Why Jeb never ticks that box on his tax returns

Jeb Bush at a town hall meeting in Henderson, Nevada, June 27, 2015.
David Becker | Reuters
Jeb Bush at a town hall meeting in Henderson, Nevada, June 27, 2015.

Jeb Bush doesn't care much for public financing of presidential elections, but he may have once.

Bush has called public finance "welfare for politicians" and has actively campaigned against its use. But through his 1981 tax return, he elected to support the Presidential Election Campaign Fund, a public finance program administered by the Federal Elections Commission.

It was three decades ago, and it was only $2, but it suggests an early opposite stance from what has been his unwavering support for private campaign funding, and puts Bush in line with the 94 percent of Americans who either tick "no" or leave the box blank (effectively a "no").

Bush recently released 33 years of tax returns, more than any presidential candidate ever has. The documents revealed that Bush has paid an effective federal tax rate of around 36 percent over the past three decades. The Democratic frontrunner, Hillary Clinton, paid a tax rate of over 30 percent between January 2014 and May 2015, according to a personal finance disclosure earlier this year.

The Bush campaign played down the issue. "In all three of his campaigns, Governor Bush has declined to take public financing," Bush spokeswoman Allie Brandenburger wrote in an email. "During the 2008 Presidential race, Barack Obama pledged to take public financing, but ... when it was more politically expedient for him to opt out he swiftly decided against it."

In a post on the campaign site accompanying his tax returns, Bush recalls moving with his wife to Miami in January 1981 to work in real estate. Bush had just come from working on the Republican presidential campaign of 1980, in which Ronald Reagan had accepted $29.4 million in public funding in his campaign against Jimmy Carter. That was on top of $7.3 million Reagan received from the FEC in the primary, 23 percent of the primary funds in a field of 10 candidates. (Reagan's eventual running mate and Jeb's father, George H.W. Bush, received the second most, $5.7 million.)

Hillary Clinton hasn't released her tax returns since she ran in 2008, but she and Bill ticked the box to direct money to the fund every year from 1992 to 2006, according to documents from the Tax History Project and The New York Times.

According to documents maintained by the Tax History Project, former Republican presidential candidate John McCain ticked the box in 2006 and 2007; former Vice President Dick Cheney did so from 2001 to 2007; and Mitt Romney ticked the box in 2010.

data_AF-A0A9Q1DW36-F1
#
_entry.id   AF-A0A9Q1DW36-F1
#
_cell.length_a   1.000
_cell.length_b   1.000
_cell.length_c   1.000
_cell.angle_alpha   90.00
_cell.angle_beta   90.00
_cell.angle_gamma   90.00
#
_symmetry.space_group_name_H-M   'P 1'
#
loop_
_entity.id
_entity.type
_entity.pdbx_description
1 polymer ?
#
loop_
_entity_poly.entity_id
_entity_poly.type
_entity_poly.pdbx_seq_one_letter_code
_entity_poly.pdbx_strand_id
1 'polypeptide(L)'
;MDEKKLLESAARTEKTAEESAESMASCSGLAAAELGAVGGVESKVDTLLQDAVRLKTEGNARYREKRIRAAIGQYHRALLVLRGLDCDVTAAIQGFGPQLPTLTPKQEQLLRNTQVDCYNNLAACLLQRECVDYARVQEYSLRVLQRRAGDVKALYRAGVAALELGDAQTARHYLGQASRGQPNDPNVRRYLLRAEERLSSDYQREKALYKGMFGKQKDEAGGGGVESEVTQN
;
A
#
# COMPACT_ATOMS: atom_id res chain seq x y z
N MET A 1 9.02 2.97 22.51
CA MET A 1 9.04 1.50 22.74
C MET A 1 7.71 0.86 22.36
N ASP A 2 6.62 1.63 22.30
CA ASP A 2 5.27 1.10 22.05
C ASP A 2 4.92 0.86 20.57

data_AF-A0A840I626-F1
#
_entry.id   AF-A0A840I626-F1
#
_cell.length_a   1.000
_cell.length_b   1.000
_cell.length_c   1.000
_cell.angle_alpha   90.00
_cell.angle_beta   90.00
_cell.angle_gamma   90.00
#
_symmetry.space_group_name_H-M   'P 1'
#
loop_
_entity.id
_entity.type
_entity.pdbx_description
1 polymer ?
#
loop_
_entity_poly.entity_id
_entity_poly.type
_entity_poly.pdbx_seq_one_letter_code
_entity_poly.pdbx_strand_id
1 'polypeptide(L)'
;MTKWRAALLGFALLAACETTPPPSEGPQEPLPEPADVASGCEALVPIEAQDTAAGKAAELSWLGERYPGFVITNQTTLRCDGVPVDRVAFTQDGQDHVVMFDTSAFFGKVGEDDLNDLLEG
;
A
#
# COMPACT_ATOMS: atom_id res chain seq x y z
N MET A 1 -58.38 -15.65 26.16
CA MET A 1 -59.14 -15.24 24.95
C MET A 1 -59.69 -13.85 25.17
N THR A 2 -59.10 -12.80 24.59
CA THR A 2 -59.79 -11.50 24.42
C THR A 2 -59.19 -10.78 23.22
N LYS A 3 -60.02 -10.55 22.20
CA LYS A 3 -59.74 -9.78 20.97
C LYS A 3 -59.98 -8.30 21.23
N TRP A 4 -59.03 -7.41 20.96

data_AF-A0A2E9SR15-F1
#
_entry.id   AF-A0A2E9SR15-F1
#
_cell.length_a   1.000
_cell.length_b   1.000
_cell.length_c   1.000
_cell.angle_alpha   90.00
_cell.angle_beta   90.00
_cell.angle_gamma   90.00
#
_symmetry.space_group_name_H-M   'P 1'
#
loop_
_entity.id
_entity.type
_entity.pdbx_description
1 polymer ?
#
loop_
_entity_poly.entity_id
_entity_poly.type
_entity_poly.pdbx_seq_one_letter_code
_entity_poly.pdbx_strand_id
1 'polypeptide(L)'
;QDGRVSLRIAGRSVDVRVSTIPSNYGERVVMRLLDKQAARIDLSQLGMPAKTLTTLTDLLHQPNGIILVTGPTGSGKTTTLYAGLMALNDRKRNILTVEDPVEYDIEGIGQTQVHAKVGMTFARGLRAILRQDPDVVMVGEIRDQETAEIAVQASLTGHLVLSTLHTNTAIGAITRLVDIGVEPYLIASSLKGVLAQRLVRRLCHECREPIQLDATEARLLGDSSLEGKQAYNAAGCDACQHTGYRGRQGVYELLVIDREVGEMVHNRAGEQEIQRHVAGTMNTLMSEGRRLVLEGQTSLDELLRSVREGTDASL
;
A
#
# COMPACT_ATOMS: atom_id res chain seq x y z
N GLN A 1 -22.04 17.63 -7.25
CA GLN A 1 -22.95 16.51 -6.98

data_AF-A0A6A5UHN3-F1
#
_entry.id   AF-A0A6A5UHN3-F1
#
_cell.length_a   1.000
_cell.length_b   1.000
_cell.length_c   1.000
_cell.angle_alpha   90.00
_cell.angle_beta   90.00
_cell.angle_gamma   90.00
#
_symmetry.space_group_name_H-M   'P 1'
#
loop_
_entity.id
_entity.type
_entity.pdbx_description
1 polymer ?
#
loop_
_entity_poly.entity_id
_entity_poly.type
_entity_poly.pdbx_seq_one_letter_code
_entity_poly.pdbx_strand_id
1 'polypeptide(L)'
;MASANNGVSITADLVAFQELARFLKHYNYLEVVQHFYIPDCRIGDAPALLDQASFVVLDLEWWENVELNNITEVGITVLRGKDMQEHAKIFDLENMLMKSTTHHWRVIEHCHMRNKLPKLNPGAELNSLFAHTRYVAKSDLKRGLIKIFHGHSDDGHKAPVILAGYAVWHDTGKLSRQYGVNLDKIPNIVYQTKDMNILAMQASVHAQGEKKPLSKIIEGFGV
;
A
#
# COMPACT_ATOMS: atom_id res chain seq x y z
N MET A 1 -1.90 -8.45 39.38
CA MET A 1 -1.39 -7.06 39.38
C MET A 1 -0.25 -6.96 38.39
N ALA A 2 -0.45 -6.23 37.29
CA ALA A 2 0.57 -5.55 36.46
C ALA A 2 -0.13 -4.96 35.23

Even some of Jeb Bush's opponents in the Republic primary have ticked the box: Ted Cruz did so from 2006 to 2010, according to documents from the Texas Tribune.

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All of these year ranges are the full extent of tax returns made available by the campaigns, so it's a bare minimum.

Marco Rubio ticked the box for himself in 2001, but not for his wife. The other years from 2000 to 2009 he either ticked "no" or did not indicate either way, according to documents from Buzzfeed News.

Even the best-laid plans...

The Presidential Election Campaign Fund was set up following the Watergate scandal with the intention of creating an attractive public-financing system. In applying to be part of the program, presidential candidates receive matching funds for donations up to $250 for the primary campaign and a set amount for the general. A separate portion of the fund was paid to political committees to help pay for nominating conventions.

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By ticking the box on page one of the IRS form 1040, a taxpayer elected to send $1 from the IRS to the fund, or $2 for couples filing jointly. (In 1994, the check-off rates were increased to $3 and $6, respectively.)

One of the big misconceptions, it seems, is that ticking the box will affect your tax return or how your taxes are processed. It's not like when the grocery-store cashier asks if you want to donate a dollar to some charity. Rather, it directs the money from the IRS to the FEC to be used by the fund.

Presidential aspirants for decades used the fund, with all major candidates opting into the program.

Public participation started strong, with nearly 30 percent of taxpayers ticking the "yes" box in 1976. Since then, the portion of declined steadily and only 6 percent did so in 2013, the most recent year available from the FEC.

But public campaign finance hasn't been looking so good in a while. President Barack Obama was the first major-party candidate to refuse public financing since the fund was created. In 2012, after the Supreme Court decision in the Citizens United case opened the floodgates for unlimited private donations, neither Obama nor Romney accepted public funds.

In April 2014, Obama signed legislation effectively ending public funding of the nominating conventions.

Now, with presidential candidates opting out of the public-finance system and instead relying on massive contributions from private donors, the fund remains in FEC coffers.

Bush has come under fire this year for allegedly skirting campaign finance rules by collecting funds before officially announcing his presidential run and for close communications with PACs set up to support his bid. Fundraisers for the campaign reportedly began instructing megadonors not to give more than $1 million a quarter, in the hopes to play down any appearance of pay-for-play, according to The Washington Post.